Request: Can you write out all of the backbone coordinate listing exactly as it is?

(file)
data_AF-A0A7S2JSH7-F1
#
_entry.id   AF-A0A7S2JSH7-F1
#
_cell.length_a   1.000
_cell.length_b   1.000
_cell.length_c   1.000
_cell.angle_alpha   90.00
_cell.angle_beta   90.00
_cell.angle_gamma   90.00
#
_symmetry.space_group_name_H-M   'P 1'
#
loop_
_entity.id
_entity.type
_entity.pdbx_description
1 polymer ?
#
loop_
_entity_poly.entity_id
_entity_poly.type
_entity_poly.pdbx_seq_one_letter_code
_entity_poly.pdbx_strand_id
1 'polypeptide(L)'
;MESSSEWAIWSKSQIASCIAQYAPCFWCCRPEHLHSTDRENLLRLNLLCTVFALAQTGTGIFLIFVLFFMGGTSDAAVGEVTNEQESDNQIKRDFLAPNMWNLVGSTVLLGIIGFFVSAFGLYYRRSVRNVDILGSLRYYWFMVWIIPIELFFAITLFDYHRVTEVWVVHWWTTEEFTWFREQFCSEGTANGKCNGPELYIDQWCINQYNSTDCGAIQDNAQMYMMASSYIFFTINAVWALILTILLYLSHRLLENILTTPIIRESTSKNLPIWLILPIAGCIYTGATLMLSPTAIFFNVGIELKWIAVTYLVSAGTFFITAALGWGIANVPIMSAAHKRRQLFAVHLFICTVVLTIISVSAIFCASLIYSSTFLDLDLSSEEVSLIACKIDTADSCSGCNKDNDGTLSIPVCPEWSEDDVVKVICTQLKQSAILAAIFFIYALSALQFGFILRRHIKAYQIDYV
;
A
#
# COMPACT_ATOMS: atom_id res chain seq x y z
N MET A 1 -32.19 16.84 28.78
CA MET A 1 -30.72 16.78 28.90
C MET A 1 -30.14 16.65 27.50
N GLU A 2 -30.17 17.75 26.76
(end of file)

data_AF-A0A7S2JSH7-F1
#
_entry.id   AF-A0A7S2JSH7-F1
#
_cell.length_a   1.000
_cell.length_b   1.000
_cell.length_c   1.000
_cell.angle_alpha   90.00
_cell.angle_beta   90.00
_cell.angle_gamma   90.00
#
_symmetry.space_group_name_H-M   'P 1'
#
loop_
_entity.id
_entity.type
_entity.pdbx_description
1 polymer ?
#
loop_
_entity_poly.entity_id
_entity_poly.type
_entity_poly.pdbx_seq_one_letter_code
_entity_poly.pdbx_strand_id
1 'polypeptide(L)'
;MESSSEWAIWSKSQIASCIAQYAPCFWCCRPEHLHSTDRENLLRLNLLCTVFALAQTGTGIFLIFVLFFMGGTSDAAVGEVTNEQESDNQIKRDFLAPNMWNLVGSTVLLGIIGFFVSAFGLYYRRSVRNVDILGSLRYYWFMVWIIPIELFFAITLFDYHRVTEVWVVHWWTTEEFTWFREQFCSEGTANGKCNGPELYIDQWCINQYNSTDCGAIQDNAQMYMMASSYIFFTINAVWALILTILLYLSHRLLENILTTPIIRESTSKNLPIWLILPIAGCIYTGATLMLSPTAIFFNVGIELKWIAVTYLVSAGTFFITAALGWGIANVPIMSAAHKRRQLFAVHLFICTVVLTIISVSAIFCASLIYSSTFLDLDLSSEEVSLIACKIDTADSCSGCNKDNDGTLSIPVCPEWSEDDVVKVICTQLKQSAILAAIFFIYALSALQFGFILRRHIKAYQIDYV
;
A
#
# COMPACT_ATOMS: atom_id res chain seq x y z
N MET A 1 -32.19 16.84 28.78
CA MET A 1 -30.72 16.78 28.90
C MET A 1 -30.14 16.65 27.50
N GLU A 2 -30.17 17.75 26.76